Like the last one, this was never officially titled, but it’s listed as thirteen on the fourth side of this record, a side which it occupies the entirety of.
I don’t think anyone expected Queen to do a twenty minute ambient track, but then, what else were they supposed to do.
It’s just a looped and slowed drone, lifted from the start of It’s a beautiful day, and stretched into forever, with occasional details and fragments layered over the top. Rain and haunting voices, and little bursts of other instruments. It was the producer’s handiwork, mostly, with details from Roger and Brian.
Essentially, it’s schmaltz, some kind of abstract representation of heaven to keep the title relevant, and give somewhere for Freddie to rest. It is quite challenging schmaltz, though, as these things go. It shifts in volume, but rarely tempo, not quite entirely wordless, but most of the words sound alien and lost and forgotten.
Are you running?
It’s a haunting and weird thing, but I can’t work out if it feels right. It’s not very Queen, but then Queen without Freddie was never going to be Queen, really. So stepping out, and just firmly pushing this strange little thing into the ears of those left listening to the CD (until this reissue, it wasn’t on vinyl or tape versions of the record, at least not in full). It’s an indulgence, in some ways, but not an unpleasant one. It feels a bit too aimless, for my ambient tastes, or rather, it lets itself get distracted.
But it feels about right.
And Freddie gets one more chance to get the last word in. With one final word, after everything’s gone quiet.
It’s strange to think it’s over. That Queen finished here.
It’s not entirely true, of course, with some of the band forming a new variant with other singers, but I’m not going to go near that stuff with a barge pole.
For me it always ended here, if not before.
Endings are strange things, because they aren’t entirely real. They tend to be a simplification, or only make sense on certain levels of understanding. Mostly things just become other things, it’s almost a law of nature, as I understand it.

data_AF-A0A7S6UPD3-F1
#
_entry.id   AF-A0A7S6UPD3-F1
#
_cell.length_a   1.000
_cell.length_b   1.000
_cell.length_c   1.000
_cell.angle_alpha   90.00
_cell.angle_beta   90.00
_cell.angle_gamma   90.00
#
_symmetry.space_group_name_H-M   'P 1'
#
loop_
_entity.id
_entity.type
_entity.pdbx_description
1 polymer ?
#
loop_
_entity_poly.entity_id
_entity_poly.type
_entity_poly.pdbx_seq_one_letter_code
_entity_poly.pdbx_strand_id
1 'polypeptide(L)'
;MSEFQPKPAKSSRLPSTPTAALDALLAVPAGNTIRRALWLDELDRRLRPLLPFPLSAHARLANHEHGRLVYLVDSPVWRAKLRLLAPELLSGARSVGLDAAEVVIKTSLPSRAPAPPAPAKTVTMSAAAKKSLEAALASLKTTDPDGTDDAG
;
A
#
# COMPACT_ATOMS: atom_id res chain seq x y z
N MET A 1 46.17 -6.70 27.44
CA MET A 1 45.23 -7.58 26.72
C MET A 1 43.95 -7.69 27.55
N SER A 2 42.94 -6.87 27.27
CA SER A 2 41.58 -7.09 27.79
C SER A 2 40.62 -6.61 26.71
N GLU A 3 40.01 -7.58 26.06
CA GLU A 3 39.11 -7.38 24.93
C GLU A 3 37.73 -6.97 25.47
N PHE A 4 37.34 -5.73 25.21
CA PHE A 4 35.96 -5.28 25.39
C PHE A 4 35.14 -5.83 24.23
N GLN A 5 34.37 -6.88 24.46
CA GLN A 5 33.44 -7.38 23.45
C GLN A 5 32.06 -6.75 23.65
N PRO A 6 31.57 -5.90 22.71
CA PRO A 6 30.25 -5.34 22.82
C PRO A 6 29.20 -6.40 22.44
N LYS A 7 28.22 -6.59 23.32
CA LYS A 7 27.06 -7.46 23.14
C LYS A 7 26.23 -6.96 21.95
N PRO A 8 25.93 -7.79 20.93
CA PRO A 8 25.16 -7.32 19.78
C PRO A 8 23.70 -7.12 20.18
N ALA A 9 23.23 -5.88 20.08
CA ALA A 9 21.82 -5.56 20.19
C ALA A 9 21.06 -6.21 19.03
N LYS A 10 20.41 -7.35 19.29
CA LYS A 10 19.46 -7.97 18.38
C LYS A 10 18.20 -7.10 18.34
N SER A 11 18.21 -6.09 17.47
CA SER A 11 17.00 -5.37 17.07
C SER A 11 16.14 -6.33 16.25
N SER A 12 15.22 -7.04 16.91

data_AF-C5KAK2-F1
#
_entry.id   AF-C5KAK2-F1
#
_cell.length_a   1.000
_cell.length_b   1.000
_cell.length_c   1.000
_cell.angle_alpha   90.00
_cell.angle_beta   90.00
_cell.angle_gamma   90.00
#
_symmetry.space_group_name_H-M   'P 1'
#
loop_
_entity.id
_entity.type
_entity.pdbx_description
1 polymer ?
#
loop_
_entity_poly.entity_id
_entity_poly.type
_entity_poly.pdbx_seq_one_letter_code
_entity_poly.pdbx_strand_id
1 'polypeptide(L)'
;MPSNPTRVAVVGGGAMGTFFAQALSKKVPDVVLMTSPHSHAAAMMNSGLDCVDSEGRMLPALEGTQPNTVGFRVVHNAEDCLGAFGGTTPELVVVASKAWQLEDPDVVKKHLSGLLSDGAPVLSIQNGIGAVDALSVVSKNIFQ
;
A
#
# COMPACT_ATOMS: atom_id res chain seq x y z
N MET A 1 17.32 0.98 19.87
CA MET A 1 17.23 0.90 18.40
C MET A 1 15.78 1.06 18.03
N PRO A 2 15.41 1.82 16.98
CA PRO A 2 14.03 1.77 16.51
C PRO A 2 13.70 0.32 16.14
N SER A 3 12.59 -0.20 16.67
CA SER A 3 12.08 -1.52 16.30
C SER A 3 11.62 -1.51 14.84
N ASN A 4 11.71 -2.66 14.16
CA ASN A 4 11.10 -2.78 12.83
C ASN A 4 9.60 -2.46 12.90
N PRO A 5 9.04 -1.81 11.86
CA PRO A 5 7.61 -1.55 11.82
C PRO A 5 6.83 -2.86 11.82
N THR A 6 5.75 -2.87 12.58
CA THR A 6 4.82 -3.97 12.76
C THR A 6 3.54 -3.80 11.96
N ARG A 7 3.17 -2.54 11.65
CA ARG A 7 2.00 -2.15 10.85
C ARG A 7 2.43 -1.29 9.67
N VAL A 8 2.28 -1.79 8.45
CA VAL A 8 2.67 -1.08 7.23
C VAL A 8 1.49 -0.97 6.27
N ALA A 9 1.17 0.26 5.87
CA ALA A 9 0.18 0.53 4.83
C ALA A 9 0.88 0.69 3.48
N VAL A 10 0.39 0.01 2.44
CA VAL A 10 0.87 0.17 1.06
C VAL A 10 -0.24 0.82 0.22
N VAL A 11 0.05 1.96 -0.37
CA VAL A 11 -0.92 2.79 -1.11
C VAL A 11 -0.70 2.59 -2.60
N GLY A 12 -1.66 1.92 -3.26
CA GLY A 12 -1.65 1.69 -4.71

Freddie died, but he became many other things at that point. In practical terms, he stayed being a body, just one that started rotting and decaying. His matter remains, left behind and blurring back into everything else. More romantically, he lives in these records, and in our memories, and every time we sing along.
And I guess that’s what this track is trying to convey. It might be another simplification to call it heaven, but it’s saying there is something after the end. The record finish, but there’s something left to do, to say, to leave behind.
I don’t think it’s a great piece of music, or even a great piece of production, but it is what it is, and that is okay.
Because it makes sense to remind people that nothing ever gets used up, only changed into something new.
Because we do keep on forgetting.
Or at least, I do.
Having said that, though, this is the end of this.
Thanks Freddie, Roger, Brian and John.
I still love you, after all you’ve put me through.
Because without you, I wouldn’t be here, and this wouldn’t be me.
You helped me change and become.
We’re not finished.
Even at the end.
Queen: An Exploded Diagram is me having big and little thoughts about every Queen song in chronological order. If you want to support me, making it more financially viable and easier to explain to people at parties, please back my patreon.
Illustration by Emma.
Thanks everyone. This was hard, weird and probably not what you were looking for. But I did try!